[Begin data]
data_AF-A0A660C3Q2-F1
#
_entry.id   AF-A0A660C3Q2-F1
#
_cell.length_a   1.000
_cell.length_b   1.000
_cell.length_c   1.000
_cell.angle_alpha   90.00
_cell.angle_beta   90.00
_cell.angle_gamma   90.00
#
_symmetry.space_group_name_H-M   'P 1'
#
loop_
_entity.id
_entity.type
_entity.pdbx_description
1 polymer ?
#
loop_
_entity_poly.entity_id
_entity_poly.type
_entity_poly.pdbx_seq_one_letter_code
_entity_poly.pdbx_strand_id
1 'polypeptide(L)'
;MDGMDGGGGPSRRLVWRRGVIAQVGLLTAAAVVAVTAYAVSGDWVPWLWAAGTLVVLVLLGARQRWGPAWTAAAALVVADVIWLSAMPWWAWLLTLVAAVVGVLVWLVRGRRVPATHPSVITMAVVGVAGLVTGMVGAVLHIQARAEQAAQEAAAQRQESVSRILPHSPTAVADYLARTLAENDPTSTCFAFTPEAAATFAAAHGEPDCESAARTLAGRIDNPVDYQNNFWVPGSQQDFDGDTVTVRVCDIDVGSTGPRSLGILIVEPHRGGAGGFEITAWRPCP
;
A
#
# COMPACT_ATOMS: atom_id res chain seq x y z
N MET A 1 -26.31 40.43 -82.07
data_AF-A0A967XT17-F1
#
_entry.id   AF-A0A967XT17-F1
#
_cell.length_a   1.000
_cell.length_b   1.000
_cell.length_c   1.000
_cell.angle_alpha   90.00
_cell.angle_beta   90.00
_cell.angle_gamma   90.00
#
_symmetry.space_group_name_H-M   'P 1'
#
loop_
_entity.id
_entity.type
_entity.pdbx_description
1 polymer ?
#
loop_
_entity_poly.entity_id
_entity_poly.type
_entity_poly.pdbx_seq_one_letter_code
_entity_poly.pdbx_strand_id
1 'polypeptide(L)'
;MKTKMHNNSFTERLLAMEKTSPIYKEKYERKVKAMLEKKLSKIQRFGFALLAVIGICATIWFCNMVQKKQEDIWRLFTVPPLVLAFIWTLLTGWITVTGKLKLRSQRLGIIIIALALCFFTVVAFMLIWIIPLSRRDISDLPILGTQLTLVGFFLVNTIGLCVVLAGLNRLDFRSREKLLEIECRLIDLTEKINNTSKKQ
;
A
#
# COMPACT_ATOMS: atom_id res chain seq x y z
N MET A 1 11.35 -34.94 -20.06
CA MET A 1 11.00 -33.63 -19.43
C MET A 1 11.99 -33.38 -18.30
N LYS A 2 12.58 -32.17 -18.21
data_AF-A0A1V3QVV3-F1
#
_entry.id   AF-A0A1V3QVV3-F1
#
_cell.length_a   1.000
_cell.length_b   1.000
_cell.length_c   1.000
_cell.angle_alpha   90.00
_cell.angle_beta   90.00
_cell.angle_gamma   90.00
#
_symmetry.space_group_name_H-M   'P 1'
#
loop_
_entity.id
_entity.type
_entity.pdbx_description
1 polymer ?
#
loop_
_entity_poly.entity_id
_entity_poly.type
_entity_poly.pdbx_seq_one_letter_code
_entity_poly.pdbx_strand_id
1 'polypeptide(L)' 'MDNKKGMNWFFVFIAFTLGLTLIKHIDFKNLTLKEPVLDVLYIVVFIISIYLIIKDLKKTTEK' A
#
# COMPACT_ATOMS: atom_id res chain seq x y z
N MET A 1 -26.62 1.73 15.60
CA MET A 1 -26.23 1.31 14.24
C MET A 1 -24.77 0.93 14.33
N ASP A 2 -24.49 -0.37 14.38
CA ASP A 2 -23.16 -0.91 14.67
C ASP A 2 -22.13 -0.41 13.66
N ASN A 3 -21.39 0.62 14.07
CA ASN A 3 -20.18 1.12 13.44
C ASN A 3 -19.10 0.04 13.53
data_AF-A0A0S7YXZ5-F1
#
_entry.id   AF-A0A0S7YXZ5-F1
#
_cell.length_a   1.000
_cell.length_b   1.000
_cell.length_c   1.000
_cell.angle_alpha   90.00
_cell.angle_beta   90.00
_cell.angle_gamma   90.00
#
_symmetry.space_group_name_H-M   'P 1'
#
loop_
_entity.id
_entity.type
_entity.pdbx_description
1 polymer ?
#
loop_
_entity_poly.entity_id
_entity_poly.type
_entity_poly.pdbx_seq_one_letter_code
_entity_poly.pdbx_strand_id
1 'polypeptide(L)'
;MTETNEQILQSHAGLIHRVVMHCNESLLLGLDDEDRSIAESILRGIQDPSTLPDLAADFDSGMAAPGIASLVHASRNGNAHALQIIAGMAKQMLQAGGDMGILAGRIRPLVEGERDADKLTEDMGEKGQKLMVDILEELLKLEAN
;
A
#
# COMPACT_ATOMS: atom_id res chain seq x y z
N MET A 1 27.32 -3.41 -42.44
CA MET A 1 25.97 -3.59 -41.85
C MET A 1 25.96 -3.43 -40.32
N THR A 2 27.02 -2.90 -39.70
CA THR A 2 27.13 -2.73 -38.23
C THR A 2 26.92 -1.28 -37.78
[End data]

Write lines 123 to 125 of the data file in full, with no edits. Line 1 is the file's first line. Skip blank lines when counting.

_entity_poly.type
_entity_poly.pdbx_seq_one_letter_code
_entity_poly.pdbx_strand_id